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Project

From Dusk Till Dawn: Ugandan Nightlife in Michele Sibiloni’s Project

Italian Michele Sibiloni came to Uganda to make photo reports for The Washington Post and BBC. Along the way, he fell for the country’s nightlife and started photographing how the locals have fun at night.
Michele Sibiloni Age 35

Italian photographer, born in Parma. Lives and works in eastern Africa. Published his work in The New York Times, The British Journal of Photography, The Washington Post, The Wall Street Journal, Vogue, and many other media outlets. Participated in exhibitions in Italy, Spain, France, Norway, and the Netherlands.

The project Fuck It is my attempt to study the nightlife of Kampala, the capital of Uganda. I wanted to free myself from my work as a photojournalist which I have been doing for many years. I wanted to show something that impressed me when I moved to Uganda, and I wanted to live the entire experience.

The name of the project comes from the poorly made tattoo on the leg of a girl whom I photographed. It also describes the way that people in Uganda have fun when they got out at night: just say “fuck it” and leave all their responsibilities and problems behind.

Nighttime has always been important to me since I was a teenager, I had my best adventures at night. If you are this kind of person, Kampala could keep you awake at night for years. On one night, you can meet people of every sort out in the streets: those who work at night and who only have fun, artists, homeless, drunks, night girls. Kampala never sleeps.

It is wrong to capture nightlife and not experience it. On the other hand, getting hammered is not a good way to go either.

Although people still think of me as a foreigner, shooting has never landed me in a dangerous situation. Sometimes I had to explain what I was photographing and why, and sometimes I just did not pay attention to people getting mad.

On one night, you can meet people of every sort out in the streets: those who work at night and who only have fun, artists, homeless, drunks, night girls.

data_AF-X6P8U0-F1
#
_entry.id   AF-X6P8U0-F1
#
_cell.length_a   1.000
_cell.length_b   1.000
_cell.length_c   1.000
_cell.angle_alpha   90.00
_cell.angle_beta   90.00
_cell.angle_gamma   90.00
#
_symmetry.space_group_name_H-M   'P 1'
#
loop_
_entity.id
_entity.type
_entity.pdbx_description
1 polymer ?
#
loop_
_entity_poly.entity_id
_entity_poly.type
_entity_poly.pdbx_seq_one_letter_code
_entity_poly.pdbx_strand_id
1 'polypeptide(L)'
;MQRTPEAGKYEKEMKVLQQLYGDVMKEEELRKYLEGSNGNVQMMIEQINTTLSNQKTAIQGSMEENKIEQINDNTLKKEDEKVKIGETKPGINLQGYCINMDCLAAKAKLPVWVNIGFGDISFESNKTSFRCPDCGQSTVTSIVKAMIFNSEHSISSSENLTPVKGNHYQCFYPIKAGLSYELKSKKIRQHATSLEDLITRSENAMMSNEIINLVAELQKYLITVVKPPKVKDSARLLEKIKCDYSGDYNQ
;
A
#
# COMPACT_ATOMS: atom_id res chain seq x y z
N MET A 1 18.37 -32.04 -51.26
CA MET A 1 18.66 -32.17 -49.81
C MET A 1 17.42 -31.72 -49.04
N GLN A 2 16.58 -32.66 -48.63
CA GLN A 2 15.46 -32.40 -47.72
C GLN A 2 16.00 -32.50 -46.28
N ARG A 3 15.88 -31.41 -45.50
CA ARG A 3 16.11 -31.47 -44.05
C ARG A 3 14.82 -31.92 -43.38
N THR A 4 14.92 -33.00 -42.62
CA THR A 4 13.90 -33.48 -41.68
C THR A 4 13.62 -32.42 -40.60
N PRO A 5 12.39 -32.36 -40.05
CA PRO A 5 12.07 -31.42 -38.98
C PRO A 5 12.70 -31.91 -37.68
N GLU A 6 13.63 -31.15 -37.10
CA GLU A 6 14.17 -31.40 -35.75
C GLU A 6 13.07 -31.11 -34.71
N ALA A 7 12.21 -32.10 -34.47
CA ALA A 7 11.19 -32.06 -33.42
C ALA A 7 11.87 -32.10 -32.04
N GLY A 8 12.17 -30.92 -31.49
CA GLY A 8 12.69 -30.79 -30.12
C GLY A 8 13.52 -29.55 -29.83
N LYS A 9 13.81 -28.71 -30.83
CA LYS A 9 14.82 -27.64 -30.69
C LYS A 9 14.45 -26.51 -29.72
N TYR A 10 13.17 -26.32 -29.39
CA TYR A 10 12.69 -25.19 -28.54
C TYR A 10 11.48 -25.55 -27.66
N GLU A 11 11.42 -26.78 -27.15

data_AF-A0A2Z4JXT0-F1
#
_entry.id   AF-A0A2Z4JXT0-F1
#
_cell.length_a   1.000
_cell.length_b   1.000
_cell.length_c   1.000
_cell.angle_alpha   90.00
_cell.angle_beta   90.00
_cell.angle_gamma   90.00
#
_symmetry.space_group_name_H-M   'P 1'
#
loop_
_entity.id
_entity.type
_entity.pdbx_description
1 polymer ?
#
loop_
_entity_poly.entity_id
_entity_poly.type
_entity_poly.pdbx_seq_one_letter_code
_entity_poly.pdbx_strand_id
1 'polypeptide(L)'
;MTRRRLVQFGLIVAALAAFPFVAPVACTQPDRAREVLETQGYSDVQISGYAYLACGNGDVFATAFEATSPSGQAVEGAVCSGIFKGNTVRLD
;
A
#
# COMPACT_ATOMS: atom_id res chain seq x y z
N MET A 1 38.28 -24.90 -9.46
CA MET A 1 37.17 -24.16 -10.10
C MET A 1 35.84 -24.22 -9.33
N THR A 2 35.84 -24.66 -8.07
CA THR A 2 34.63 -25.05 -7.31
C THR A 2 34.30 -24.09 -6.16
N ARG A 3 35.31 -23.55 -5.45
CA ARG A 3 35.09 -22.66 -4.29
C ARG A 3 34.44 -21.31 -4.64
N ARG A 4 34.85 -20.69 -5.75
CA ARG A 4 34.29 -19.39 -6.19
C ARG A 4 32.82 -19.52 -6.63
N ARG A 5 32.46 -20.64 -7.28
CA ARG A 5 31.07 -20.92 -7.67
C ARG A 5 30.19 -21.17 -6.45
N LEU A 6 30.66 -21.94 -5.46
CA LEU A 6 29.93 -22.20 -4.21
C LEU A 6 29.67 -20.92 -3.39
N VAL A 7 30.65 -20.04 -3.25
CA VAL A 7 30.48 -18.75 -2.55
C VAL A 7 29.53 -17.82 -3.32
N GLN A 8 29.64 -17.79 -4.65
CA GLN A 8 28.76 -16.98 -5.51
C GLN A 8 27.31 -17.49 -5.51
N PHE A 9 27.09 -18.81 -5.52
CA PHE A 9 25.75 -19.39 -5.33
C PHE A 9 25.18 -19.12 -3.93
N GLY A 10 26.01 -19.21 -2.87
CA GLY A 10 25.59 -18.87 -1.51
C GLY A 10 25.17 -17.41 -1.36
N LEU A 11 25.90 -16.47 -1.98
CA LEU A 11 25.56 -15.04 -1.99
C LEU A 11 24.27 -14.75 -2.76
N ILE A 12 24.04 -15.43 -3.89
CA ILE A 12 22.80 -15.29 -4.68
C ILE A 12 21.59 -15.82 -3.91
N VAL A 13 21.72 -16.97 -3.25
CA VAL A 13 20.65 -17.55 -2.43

Kampala nightlife does not follow any rules. There are all kinds of bars and clubs here — from cheap restos to glamorous expensive places.

It all depends on how much money you have. The main thing that unites the local lovers of fun is alcohol. People in Uganda drink a lot, it is part of their culture. According to some statistics, it has one of the highest levels of alcohol consumption in Africa.

Dancing is the the second best pastime at night after drinking. Ugandan society is conservative and religious, but the way people dance is very physical and sexual. At night there are no limits or taboo, and people indulge themselves under the sounds of Afrobeat, dancehall, Rihanna, and Justin Bieber.

I moved to Uganda at the end of 2010 because at the time the region was quite dynamic: South Sudan was heading for independence, Uganda which had been under the same president for 25 years was preparing for elections, there was the ever-troubled Eastern DRC, Kenya and Rwanda. I currently continue to do report photography for international media outlets while working on my personal projects.

There is no right or wrong when shooting nightlife. I think every photographer just documents what they see. I don’t ask for permission, I just shoot.

Any long term project has to be a part of your everyday life, you have to be patient and determined, to go out as much as you can. You need to be obsessed with a certain thing that you follow and with your own project.

I choose a small camera because they are more handy, in many clubs they don’t allow you to enter with a camera, so if is small you can hide it. When you’re shooting on film, no one can ask you to delete a photo.

When you’re shooting on film, no one can ask you to delete a photo.

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